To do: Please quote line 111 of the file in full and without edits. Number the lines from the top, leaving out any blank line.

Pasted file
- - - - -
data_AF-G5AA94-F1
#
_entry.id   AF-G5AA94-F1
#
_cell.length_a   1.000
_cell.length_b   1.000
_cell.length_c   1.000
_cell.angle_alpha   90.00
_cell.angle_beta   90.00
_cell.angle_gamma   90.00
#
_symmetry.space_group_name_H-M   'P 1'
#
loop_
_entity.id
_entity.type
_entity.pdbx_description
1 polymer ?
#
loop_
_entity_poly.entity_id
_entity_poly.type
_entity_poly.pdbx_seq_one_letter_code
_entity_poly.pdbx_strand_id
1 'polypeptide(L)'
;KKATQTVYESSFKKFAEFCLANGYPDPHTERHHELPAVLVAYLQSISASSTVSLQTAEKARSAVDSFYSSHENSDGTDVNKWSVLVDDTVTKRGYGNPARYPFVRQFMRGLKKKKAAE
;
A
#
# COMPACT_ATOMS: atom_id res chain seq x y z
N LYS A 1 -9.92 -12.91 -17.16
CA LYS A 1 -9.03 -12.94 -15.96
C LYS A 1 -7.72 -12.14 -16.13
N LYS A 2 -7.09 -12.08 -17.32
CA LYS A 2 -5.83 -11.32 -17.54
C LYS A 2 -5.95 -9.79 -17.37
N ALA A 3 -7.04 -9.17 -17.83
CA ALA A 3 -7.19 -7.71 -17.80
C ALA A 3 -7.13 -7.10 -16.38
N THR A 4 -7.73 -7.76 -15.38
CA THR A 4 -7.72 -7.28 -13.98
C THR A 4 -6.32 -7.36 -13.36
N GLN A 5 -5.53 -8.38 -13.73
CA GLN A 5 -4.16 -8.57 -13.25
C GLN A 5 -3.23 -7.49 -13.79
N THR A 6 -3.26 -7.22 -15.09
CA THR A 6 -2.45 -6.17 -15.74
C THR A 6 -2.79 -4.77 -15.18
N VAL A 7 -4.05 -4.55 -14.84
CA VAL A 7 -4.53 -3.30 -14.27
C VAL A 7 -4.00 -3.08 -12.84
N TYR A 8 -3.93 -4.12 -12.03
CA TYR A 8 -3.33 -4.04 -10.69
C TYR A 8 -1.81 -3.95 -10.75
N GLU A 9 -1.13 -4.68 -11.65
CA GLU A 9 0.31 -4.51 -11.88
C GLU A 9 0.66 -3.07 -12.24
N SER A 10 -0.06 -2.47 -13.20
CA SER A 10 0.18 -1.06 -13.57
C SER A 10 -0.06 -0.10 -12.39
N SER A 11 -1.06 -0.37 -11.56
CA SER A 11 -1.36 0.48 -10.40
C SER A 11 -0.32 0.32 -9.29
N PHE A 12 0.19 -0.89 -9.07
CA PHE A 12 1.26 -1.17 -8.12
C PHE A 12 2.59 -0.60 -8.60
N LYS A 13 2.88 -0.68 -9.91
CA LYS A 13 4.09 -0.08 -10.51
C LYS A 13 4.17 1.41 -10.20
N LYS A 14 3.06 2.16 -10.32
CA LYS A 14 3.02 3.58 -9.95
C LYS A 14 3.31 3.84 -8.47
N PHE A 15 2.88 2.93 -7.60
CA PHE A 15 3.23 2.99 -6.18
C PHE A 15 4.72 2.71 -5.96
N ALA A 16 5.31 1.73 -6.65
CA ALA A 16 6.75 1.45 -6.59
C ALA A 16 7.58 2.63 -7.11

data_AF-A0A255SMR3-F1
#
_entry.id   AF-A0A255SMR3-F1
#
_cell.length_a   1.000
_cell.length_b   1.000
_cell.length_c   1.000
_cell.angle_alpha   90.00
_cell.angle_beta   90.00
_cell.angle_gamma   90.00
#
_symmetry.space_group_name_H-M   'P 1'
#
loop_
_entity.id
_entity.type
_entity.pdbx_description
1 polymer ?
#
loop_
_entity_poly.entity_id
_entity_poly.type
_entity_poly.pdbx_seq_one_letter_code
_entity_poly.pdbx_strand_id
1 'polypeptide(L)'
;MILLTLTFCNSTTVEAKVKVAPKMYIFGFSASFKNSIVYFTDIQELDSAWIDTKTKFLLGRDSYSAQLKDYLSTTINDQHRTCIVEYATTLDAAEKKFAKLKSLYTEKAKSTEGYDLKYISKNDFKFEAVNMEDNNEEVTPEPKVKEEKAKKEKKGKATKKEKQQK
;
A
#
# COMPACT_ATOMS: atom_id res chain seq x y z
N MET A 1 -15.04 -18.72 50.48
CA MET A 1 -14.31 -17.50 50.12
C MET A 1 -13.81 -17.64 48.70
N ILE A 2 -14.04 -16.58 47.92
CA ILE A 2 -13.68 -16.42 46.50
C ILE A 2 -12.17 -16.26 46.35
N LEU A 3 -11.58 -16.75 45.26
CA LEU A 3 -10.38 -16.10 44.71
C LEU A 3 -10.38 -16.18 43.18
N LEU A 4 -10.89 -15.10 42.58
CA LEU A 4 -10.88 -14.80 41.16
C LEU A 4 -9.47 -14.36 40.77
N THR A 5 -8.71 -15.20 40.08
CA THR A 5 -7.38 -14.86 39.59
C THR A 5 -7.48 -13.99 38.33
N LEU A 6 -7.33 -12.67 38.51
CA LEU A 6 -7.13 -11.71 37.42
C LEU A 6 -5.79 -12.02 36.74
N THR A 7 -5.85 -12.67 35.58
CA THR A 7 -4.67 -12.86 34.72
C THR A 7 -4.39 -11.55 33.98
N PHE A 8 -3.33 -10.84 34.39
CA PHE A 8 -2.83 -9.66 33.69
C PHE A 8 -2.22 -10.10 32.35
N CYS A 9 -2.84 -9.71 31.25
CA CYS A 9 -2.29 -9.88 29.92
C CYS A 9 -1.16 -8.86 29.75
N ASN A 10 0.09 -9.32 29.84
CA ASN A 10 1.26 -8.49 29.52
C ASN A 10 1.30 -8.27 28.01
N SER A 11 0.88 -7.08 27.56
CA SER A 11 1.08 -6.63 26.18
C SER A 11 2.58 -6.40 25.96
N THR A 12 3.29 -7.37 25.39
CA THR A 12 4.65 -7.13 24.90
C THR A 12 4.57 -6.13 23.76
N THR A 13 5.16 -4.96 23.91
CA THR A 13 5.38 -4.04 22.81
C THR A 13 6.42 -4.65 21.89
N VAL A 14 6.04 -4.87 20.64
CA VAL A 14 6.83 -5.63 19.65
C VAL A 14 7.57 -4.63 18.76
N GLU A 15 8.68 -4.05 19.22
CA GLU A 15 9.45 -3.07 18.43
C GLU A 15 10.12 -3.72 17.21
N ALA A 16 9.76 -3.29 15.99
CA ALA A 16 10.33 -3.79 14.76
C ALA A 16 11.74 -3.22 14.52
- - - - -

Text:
C MET A 1 -13.81 -17.64 48.70